Germany’s reform Chancellor - part I

20th October 2003, Comments 0 comments

Gerhard Schroeder is battling on with his far-reaching but deeply unpopular economic reform plans. And in the first of a two-part series on the reforms, Andrew McCathie argues that in introducing the long overdue changes Schroeder risks sacrificing his Chancellorship for the cause of reform.

Schroeder’s aggressive reform push has also been held against the backdrop of growing pressure on Germany’s public finances with dwindling tax revenue and high unemployment resulting from a weak economy likely to lead to the nation’s public deficit again overshooting the strict fiscal target for euro member states.

The Social Democrats and their Green Party coalition partners have been forced to take some urgent action to deal with the pension system after confirmation that it was facing a EUR eight billion deficit next year, which could place at risk the government’s pledge not to increase non-wage costs.

The sitting of parliament and the pension summit were the culmination of weeks of high political tension in Germany with the Chancellor managing to haul six leftwing rebel members of his party in behind the reform package only after agreeing to a series of last-minute compromises.

Schroeder has staked his political future on the reforms having at one point threatened to resign if his party failed to endorse the moves, which include bringing forward tax cuts totalling about EUR 15.6 billion, a reorganisation the nation’s labour office and reductions in unemployment benefits.

“In historic terms this is a quantum leap for Germany,” said Adolf Rosenstock, European economist with the Japanese investment house, Nomura, in Frankfurt.

“This is the first time in 30 years that the social welfare state is being substantially cut back,” said Rosenstock. “Previously, there has been cuts but mainly the there has been an expansion in the social state.”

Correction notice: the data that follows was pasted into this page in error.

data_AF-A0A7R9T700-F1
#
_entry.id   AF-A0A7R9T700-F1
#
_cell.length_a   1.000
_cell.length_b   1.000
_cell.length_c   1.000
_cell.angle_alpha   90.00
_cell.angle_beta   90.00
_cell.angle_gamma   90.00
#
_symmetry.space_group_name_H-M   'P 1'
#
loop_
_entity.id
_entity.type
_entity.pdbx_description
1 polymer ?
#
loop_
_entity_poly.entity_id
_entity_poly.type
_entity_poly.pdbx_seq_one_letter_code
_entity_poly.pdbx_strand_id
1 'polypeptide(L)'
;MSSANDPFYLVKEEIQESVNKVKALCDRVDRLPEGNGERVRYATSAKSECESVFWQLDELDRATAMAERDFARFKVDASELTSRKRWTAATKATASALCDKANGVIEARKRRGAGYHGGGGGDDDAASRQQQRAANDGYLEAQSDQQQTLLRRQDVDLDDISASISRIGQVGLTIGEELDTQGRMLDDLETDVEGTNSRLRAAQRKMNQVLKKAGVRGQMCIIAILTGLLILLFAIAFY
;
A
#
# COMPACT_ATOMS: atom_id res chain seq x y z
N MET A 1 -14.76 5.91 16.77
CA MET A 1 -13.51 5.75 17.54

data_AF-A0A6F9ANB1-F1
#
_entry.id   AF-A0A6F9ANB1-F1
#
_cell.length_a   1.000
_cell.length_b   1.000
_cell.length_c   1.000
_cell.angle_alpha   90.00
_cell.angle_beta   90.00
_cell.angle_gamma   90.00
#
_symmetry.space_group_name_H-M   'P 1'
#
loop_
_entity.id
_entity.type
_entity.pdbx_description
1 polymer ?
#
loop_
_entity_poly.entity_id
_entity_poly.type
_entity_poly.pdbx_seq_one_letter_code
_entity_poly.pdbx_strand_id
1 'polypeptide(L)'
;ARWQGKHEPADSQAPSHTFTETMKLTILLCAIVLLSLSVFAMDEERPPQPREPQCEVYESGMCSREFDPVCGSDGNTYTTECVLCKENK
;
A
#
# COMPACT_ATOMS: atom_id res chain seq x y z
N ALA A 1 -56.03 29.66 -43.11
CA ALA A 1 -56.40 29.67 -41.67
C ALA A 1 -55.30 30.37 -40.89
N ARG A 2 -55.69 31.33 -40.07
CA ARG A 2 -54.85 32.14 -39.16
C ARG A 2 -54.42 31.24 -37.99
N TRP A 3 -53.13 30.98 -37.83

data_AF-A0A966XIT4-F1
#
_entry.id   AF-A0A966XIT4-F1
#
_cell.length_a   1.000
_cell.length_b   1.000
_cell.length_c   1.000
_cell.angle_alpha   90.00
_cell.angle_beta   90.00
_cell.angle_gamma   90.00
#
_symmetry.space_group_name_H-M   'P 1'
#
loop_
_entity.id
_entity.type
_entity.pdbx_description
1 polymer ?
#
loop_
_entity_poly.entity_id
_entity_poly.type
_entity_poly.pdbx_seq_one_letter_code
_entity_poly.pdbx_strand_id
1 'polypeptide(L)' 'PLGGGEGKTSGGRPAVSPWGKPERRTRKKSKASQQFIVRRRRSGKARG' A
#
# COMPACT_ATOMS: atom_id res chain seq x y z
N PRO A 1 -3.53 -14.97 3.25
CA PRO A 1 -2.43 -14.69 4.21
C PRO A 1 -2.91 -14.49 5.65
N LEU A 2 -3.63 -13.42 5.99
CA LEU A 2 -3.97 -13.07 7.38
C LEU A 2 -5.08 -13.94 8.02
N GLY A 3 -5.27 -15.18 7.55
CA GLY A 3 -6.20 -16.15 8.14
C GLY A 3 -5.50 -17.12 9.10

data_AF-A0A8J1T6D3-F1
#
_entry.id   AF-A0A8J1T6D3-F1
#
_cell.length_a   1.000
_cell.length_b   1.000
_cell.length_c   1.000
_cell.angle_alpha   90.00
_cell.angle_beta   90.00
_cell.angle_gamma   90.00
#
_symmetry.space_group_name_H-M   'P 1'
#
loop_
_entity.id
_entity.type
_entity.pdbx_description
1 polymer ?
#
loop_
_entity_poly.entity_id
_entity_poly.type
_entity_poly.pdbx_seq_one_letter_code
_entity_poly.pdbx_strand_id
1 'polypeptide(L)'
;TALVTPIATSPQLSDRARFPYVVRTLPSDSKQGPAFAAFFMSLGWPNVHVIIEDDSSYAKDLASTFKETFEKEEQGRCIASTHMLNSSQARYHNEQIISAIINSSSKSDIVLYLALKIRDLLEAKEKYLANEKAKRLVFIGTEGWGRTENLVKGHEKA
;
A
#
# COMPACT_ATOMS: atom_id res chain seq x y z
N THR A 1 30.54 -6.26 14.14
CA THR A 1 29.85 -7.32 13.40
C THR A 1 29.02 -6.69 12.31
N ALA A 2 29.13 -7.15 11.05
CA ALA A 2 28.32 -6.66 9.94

Apart from injecting a new sense of flexibility into Germany’s lumbering economy and helping to end a three-year economic slump, financial markets see the legislation as a test of the resolve of Europe’s biggest economy to press on with much-needed reform.

But the government has only a wafer-thin parliamentary majority in the lower house of parliament (the Bundestag) and faces possibly even tougher tests in the coming weeks as it seeks to negotiate the reforms through the opposition-dominated upper house, the Bundesrat, which will involve hammering a new set of deals with the opposition.

Moreover, the markets believe that the changes unveiled so far stop short of the big reforms that helped to reshape many Anglo-Saxon nations 20 years ago and that are now being introduced in many Central European states as part of their final push to join the European Union.

That said, however, many analysts also conceded that the reforms passed by parliament were important because they signalled a change in direction in Germany describing them as a key step in a very painful process.

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